So people around the world are watching. And it does -- the tone and tenor of that debate does have an impact on the way that people around the world see the United States. It's why the stakes of U.S. elections, particularly when they are elections for President, are so high. They have lots of consequences for domestic policy in the United States, but they also have consequences for the way the United States is viewed around the world.

Many others have observed that this is one of the reasons that President Obama's election in 2008 was such a seminal moment in American history. It had a profound impact on the way that the United States was viewed around the world. And the truth is -- this is why it's also important -- the truth is that President Obama's election informed the world a whole lot about the American people and about the potential that exists here in America.

So I think in some ways, that's a good example and a good reminder of the way that people around the world continue to watch our political debate, and they continue to follow our elections. And it's why what is said on the campaign trail by leading candidates for President matters. It's not just idle chatter. It has an impact. But it's also why the decision that the American people will have to make this fall is so significant.

Okay. Let me do a quick week ahead. It's short.

On Monday, the President will visit the State Department to deliver remarks at the Chief of Missions Conference. This is the Chief of Missions of U.S. diplomatic facilities around the world are coming to Washington for a conference. The President will address those diplomats who are doing such important work representing the United States around the world.

Q: Will that be in the morning?

MR. EARNEST: I believe it is late morning and early afternoon, actually -- around lunchtime.

Afterwards, the President will deliver brief opening remarks to the performance of musical selections from Hamilton. This will be a culmination of a daylong event hosted by the First Lady for students of the Broadway cast of Hamilton. I anticipate a lot of jockeying to be in the White House press pool that day.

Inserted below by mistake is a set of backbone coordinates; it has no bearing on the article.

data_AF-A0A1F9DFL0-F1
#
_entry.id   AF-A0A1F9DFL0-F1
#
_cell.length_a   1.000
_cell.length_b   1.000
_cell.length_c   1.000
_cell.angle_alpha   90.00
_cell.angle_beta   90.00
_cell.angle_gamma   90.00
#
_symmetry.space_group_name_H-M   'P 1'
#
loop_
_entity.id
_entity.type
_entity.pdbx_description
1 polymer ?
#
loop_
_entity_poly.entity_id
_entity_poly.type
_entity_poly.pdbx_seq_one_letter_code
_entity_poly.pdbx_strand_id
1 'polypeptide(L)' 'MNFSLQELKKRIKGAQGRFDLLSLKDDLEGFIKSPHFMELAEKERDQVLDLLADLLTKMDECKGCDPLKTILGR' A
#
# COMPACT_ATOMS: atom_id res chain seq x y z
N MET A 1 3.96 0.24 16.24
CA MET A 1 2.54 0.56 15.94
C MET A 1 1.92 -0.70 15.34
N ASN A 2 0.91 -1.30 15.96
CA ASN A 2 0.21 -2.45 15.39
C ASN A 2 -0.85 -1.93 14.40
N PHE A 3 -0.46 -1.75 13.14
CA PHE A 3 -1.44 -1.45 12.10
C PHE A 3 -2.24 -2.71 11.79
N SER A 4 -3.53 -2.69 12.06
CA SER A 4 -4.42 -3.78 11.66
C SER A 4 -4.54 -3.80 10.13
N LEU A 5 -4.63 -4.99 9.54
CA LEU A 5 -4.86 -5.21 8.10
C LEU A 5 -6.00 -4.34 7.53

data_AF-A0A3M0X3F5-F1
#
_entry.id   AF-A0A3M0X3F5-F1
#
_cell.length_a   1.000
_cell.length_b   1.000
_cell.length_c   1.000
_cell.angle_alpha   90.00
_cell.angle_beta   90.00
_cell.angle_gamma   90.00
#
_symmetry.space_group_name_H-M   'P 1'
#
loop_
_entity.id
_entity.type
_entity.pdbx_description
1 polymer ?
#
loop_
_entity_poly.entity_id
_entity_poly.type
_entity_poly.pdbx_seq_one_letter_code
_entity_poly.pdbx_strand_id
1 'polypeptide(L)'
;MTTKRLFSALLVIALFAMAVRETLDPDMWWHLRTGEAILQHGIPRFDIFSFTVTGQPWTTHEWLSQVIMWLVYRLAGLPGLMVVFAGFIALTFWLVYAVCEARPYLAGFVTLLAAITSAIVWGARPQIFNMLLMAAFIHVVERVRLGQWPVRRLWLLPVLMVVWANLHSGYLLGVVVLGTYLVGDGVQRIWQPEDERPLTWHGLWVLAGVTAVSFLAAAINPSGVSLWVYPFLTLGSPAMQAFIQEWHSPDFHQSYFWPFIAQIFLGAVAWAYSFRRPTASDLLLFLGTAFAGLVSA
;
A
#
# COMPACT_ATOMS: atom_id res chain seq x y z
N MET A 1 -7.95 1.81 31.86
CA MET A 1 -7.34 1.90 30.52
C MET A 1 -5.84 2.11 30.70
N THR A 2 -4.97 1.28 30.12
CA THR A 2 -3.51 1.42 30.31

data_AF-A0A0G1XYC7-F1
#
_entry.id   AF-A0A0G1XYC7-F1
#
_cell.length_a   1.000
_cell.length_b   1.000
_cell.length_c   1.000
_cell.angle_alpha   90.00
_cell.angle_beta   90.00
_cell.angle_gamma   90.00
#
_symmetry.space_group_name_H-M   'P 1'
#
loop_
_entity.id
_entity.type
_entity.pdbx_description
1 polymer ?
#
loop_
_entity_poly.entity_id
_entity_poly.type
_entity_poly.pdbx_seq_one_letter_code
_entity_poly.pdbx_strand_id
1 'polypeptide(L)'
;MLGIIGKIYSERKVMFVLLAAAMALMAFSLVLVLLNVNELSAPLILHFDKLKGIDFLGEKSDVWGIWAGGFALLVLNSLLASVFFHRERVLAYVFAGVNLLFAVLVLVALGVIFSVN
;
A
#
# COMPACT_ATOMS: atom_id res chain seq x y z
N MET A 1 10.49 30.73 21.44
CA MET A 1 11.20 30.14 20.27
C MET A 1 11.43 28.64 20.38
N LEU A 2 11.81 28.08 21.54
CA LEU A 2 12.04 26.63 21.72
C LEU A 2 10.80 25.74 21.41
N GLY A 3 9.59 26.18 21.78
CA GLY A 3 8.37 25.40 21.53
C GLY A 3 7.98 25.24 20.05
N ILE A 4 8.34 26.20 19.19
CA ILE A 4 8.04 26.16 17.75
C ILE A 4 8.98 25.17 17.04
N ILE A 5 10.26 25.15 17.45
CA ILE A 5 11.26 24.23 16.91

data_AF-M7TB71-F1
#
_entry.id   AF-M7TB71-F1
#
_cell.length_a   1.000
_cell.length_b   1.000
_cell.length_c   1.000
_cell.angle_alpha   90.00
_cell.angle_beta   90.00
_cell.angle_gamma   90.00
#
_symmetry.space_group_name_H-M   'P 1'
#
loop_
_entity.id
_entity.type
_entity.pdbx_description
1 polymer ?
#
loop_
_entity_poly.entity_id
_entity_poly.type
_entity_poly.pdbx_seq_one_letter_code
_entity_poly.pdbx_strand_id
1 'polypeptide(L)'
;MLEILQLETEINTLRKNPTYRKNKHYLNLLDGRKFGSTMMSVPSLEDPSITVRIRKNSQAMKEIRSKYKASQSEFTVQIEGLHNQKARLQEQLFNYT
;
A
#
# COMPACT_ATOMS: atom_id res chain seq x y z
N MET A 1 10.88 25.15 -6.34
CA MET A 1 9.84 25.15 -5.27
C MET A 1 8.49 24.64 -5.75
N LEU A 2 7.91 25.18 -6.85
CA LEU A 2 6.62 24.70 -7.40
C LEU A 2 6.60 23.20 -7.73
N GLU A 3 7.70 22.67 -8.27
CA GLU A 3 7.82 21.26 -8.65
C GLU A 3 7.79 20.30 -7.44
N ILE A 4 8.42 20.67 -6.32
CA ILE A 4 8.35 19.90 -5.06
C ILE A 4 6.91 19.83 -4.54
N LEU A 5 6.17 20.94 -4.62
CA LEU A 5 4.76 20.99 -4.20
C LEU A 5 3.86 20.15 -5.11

On Tuesday, the President will hold --

Q: (Inaudible.) (Laughter.)

MR. EARNEST: We'll get back to you on the timing. (Laughter.)

On Tuesday, the President will hold his annual bilateral meeting with Taoiseach Kenny of Ireland. Afterwards, the President and the Vice President will travel to the United States Capitol to the "Friends of Ireland" luncheon. Later on, the President will deliver remarks at a reception for St. Patrick's Day at the White House.

On Wednesday, the President will deliver remarks for Women's History Month at the White House.

And the President's schedule for Thursday and Friday still remains in flux. Obviously we'll be spending some time preparing for the President's trip to Cuba and Argentina. But we'll keep you updated on the President's schedule to the end of the week.

Q: Josh, given that you mentioned the Taoiseach, is the President concerned about the fact that the Irish government still hasn't been organized, and do you expect him to talk with him about it when he's here?

MR. EARNEST: On previous visits when the President has met with the Taoiseach it has been an opportunity not just to celebrate the close ties between the United States and Ireland but also to discuss some important policy issues. And there are certainly some areas where we would like to see the Irish continue to make progress and continue to implement some reforms that they've been focused on for a long time.

Thank you, guys.

END 12:41 P.M. EST

Josh Earnest, Press Gaggle by Press Secretary Josh Earnest Online by Gerhard Peters and John T. Woolley, The American Presidency Project https://www.presidency.ucsb.edu/node/315973